Hi-van is supported by its audience. When you purchase through links on my site, I may earn an affiliate commission. Learn more
Many people are flocking to van life as a way to save money while exploring the world. With skyrocketing renting prices and the ever-growing housing market, it’s easy to see why you might be considering it. However, travel isn’t always cheap, nor is running a highly functional vehicle. So, will you be able to save as much as you thought with van life?
Van life can be as low as $500 a month or more than $5,000 a month. To buy the van, you should expect about $10,000 to $20,000 or more for a decent setup. Your bills should include everything you currently pay minus rent and rental insurance while adding travel, souvenirs, and vehicle maintenance.
In this post, we’ll dive into a detailed breakdown of the expenses of living in a van, converting the van, and how you can save money. We’ll also compare it to renting an apartment or owning a house to find out how much money you can keep in your pocket. Enjoy!
How Cheap Is Van Life?
Van life is as cheap as you make it. Many van lifers get by on less than $1,000 per person, but it really depends on your living standards. Buy a used van to save money, then convert it with solar panels and build the bed by yourself to save on shipping and labor costs. You could also build the shelves, insulation, and storage to save money.
Let’s break down the cost of van life below.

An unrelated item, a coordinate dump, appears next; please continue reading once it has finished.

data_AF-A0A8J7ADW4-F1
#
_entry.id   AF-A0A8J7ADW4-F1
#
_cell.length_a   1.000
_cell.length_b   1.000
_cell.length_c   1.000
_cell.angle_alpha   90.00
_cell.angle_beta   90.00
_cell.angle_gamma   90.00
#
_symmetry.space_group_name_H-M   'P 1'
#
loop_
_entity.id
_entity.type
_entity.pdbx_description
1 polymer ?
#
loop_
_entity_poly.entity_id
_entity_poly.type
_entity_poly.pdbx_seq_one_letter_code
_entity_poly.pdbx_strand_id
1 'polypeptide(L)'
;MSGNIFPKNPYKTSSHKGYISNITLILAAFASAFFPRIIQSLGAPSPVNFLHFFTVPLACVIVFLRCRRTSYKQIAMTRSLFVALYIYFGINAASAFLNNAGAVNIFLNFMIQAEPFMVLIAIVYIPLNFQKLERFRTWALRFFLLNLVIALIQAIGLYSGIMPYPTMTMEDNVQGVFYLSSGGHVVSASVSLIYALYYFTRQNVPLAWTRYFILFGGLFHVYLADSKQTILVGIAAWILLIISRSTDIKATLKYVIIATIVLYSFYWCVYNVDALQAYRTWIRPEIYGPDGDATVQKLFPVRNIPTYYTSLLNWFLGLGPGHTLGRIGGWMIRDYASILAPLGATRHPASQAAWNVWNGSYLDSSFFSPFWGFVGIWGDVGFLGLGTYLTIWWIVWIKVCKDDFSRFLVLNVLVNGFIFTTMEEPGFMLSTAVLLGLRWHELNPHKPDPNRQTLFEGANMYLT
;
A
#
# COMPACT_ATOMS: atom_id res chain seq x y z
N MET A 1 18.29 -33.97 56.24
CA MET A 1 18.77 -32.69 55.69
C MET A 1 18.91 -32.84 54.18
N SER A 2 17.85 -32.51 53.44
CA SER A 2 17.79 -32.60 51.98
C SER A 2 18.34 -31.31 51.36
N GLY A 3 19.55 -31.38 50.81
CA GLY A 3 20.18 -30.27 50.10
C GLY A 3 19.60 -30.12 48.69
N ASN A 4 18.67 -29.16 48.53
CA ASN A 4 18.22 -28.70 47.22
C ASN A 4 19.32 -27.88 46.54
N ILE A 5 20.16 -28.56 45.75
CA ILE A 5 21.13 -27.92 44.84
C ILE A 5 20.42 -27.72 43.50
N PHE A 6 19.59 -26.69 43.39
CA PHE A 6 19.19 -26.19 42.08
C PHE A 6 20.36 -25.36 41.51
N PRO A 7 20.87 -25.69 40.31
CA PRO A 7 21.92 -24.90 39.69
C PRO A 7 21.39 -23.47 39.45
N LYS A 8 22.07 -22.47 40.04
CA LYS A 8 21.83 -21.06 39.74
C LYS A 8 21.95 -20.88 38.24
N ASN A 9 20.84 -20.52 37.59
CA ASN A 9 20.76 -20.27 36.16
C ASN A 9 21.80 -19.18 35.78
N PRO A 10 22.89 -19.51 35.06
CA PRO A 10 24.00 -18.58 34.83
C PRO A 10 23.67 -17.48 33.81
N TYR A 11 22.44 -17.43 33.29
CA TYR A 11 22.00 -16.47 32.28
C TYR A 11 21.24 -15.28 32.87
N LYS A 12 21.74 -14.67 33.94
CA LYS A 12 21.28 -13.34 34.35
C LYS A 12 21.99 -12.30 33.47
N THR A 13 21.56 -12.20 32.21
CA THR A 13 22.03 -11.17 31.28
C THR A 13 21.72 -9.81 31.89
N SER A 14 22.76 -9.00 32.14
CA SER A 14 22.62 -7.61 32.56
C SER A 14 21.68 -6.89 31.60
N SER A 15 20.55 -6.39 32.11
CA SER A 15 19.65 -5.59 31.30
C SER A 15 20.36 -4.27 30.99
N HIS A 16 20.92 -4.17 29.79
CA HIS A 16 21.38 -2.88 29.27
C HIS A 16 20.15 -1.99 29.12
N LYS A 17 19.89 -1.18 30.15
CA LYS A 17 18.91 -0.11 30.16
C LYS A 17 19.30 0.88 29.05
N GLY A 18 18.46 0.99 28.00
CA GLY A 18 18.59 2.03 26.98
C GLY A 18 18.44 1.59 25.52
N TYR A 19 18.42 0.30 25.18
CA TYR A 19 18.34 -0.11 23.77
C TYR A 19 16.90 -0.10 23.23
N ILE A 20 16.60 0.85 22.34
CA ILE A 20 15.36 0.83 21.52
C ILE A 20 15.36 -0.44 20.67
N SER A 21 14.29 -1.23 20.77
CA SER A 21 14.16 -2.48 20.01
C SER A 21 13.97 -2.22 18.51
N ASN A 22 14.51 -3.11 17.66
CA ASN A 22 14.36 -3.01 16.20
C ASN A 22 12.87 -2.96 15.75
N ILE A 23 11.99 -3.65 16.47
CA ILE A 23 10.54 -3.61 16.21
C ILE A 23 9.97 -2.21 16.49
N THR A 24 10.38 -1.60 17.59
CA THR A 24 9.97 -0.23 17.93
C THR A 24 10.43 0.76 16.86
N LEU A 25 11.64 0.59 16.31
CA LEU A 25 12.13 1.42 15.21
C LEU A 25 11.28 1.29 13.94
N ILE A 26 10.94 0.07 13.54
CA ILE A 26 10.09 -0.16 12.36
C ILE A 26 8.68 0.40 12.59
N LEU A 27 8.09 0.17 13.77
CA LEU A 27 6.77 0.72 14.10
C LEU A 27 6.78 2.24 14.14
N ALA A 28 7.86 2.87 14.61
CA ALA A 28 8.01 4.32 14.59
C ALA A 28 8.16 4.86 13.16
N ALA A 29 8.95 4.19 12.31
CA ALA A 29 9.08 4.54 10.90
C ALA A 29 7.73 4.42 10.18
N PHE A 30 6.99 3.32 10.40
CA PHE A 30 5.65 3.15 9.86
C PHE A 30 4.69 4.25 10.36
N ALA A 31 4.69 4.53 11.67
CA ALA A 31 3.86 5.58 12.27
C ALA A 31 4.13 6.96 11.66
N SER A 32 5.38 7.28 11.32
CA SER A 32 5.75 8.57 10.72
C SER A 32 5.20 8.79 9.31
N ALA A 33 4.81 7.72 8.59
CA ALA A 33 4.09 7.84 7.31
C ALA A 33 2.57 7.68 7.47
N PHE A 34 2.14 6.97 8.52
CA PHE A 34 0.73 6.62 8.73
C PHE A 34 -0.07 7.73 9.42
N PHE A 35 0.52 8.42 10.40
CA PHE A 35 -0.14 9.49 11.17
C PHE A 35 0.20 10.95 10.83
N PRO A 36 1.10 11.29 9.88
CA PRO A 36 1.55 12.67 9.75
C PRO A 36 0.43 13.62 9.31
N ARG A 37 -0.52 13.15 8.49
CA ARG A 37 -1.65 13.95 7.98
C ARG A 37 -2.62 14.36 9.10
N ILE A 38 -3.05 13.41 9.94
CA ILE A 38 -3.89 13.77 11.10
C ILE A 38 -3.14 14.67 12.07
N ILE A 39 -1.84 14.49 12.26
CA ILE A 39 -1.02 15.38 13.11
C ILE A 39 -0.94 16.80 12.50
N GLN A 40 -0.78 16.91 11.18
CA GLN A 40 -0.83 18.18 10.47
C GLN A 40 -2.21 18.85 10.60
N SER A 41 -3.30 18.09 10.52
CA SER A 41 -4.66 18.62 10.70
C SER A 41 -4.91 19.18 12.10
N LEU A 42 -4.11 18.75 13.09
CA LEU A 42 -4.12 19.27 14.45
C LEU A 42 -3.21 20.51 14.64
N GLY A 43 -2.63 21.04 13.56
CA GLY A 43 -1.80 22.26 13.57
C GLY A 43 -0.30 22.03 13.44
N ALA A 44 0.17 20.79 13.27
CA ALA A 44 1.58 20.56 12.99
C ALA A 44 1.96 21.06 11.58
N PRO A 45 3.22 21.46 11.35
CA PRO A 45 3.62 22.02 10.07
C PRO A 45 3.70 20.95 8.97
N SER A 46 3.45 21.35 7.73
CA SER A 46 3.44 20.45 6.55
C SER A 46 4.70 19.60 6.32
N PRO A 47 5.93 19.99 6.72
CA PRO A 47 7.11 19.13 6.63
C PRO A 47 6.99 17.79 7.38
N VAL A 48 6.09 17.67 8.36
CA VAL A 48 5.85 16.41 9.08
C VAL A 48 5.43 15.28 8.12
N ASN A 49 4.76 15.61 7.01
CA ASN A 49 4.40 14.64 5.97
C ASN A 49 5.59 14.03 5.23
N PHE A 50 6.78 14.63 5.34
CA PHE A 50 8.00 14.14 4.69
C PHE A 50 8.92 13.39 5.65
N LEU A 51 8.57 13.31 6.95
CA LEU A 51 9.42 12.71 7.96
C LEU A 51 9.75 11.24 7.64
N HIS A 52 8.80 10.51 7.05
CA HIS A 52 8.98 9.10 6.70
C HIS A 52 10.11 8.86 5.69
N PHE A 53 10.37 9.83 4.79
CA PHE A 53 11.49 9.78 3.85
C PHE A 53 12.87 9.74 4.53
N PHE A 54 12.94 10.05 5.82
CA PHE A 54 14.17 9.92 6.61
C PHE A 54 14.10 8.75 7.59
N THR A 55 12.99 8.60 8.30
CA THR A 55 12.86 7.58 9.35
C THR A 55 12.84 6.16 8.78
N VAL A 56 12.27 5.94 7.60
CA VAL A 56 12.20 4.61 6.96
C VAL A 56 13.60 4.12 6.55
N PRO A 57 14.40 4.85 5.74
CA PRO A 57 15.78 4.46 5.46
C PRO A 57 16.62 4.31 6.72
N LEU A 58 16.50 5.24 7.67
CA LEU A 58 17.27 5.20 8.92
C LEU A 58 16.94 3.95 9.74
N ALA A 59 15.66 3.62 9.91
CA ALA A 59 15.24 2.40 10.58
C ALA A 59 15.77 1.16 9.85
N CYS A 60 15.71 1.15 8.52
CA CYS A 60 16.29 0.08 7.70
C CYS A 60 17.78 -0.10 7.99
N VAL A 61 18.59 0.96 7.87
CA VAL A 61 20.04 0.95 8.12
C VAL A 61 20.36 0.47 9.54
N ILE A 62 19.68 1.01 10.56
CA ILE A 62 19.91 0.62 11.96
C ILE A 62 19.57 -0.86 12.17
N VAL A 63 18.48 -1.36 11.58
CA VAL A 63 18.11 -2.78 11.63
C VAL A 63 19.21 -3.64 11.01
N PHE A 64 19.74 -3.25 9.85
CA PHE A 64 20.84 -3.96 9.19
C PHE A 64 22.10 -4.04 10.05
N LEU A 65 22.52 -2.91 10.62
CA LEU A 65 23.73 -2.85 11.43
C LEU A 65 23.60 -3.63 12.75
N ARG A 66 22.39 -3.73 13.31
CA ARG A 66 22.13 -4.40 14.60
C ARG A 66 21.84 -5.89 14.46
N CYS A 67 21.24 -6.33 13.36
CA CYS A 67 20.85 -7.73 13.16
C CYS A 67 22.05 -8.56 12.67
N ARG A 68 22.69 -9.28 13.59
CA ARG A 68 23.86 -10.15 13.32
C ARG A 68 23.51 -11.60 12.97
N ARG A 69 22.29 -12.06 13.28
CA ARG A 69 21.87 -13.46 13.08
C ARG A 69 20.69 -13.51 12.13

- Buying a used van can save tens of thousands of dollars. Most high-quality vans cost three or four times the used model price. Look for a van with no more than 100,000 miles and no less than 50,000 miles; You’ll be surprised by how much you save. You can use the savings for better conversions.
- Create a minimal setup for less than $2,000 in your van. The Renogy Solar Power Kit costs a fraction of that budget and sets you up with all-day electricity. Most vans can fit a full-size mattress, so consider bringing your current setup if possible. Roof vent fans are quite affordable, too.
- Include your regular bills, such as phone services, health insurance, groceries, and so on. Many people forget to include their current bills. You’ll likely have to pay almost everything you currently have, ranging from car insurance to monthly vehicle payments. Paying off the van right away saves a ton on your monthly costs.
- The biggest savings come from no rent or mortgage, but you can easily eclipse those numbers with campground costs. Staying at fancy campgrounds should be limited to one or two times per week. They can go over $50 to $100 per night, especially on weekends. This comes out to $1,500 or more per month.
How Much Does It Cost to Travel in a Van?
It costs about $150 to $300 a month or more for the gas to travel in a van. Reducing your mileage will save quite a bit of money, but it means you won’t see as much of the state or country. You should also set aside another $100 per month in a growing nest egg account for inevitable vehicle maintenance issues.